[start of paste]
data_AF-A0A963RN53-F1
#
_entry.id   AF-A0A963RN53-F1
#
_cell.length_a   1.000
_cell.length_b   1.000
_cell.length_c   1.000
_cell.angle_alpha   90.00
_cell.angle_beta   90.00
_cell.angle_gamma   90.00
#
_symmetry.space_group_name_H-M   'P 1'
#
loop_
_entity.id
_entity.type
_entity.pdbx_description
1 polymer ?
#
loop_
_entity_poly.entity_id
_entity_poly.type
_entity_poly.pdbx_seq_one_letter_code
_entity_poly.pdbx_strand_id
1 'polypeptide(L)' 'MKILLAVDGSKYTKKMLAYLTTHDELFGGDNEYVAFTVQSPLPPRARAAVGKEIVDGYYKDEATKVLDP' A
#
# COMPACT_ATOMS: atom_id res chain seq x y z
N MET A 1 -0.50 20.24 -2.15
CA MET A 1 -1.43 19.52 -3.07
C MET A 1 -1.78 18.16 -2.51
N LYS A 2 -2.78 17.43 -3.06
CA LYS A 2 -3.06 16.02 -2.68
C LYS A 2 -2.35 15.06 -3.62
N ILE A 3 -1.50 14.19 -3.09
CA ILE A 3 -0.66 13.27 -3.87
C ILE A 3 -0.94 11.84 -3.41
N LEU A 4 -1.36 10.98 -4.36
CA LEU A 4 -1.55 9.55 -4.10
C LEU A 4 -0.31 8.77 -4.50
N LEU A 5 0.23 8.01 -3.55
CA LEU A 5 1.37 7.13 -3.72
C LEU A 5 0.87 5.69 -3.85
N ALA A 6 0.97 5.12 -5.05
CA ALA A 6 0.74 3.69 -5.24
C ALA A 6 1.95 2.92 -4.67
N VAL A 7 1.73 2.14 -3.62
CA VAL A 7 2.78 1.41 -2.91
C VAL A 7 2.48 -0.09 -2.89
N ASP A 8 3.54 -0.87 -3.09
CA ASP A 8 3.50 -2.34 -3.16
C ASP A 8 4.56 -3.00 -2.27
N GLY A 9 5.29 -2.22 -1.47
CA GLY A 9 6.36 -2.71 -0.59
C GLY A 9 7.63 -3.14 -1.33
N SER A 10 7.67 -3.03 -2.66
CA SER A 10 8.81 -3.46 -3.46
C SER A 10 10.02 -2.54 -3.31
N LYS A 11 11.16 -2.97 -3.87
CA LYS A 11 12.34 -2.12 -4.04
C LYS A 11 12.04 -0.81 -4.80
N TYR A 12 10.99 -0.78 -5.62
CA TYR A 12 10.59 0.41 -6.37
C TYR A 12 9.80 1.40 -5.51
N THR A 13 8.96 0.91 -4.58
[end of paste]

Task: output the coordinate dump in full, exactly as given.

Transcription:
data_AF-A0A963RN53-F1
#
_entry.id   AF-A0A963RN53-F1
#
_cell.length_a   1.000
_cell.length_b   1.000
_cell.length_c   1.000
_cell.angle_alpha   90.00
_cell.angle_beta   90.00
_cell.angle_gamma   90.00
#
_symmetry.space_group_name_H-M   'P 1'
#
loop_
_entity.id
_entity.type
_entity.pdbx_description
1 polymer ?
#
loop_
_entity_poly.entity_id
_entity_poly.type
_entity_poly.pdbx_seq_one_letter_code
_entity_poly.pdbx_strand_id
1 'polypeptide(L)' 'MKILLAVDGSKYTKKMLAYLTTHDELFGGDNEYVAFTVQSPLPPRARAAVGKEIVDGYYKDEATKVLDP' A
#
# COMPACT_ATOMS: atom_id res chain seq x y z
N MET A 1 -0.50 20.24 -2.15
CA MET A 1 -1.43 19.52 -3.07
C MET A 1 -1.78 18.16 -2.51
N LYS A 2 -2.78 17.43 -3.06
CA LYS A 2 -3.06 16.02 -2.68
C LYS A 2 -2.35 15.06 -3.62
N ILE A 3 -1.50 14.19 -3.09
CA ILE A 3 -0.66 13.27 -3.87
C ILE A 3 -0.94 11.84 -3.41
N LEU A 4 -1.36 10.98 -4.36
CA LEU A 4 -1.55 9.55 -4.10
C LEU A 4 -0.31 8.77 -4.50
N LEU A 5 0.23 8.01 -3.55
CA LEU A 5 1.37 7.13 -3.72
C LEU A 5 0.87 5.69 -3.85
N ALA A 6 0.97 5.12 -5.05
CA ALA A 6 0.74 3.69 -5.24
C ALA A 6 1.95 2.92 -4.67
N VAL A 7 1.73 2.14 -3.62
CA VAL A 7 2.78 1.41 -2.91
C VAL A 7 2.48 -0.09 -2.89
N ASP A 8 3.54 -0.87 -3.09
CA ASP A 8 3.50 -2.34 -3.16
C ASP A 8 4.56 -3.00 -2.27
N GLY A 9 5.29 -2.22 -1.47
CA GLY A 9 6.36 -2.71 -0.59
C GLY A 9 7.63 -3.14 -1.33
N SER A 10 7.67 -3.03 -2.66
CA SER A 10 8.81 -3.46 -3.46
C SER A 10 10.02 -2.54 -3.31
N LYS A 11 11.16 -2.97 -3.87
CA LYS A 11 12.34 -2.12 -4.04
C LYS A 11 12.04 -0.81 -4.80
N TYR A 12 10.99 -0.78 -5.62
CA TYR A 12 10.59 0.41 -6.37
C TYR A 12 9.80 1.40 -5.51
N THR A 13 8.96 0.91 -4.58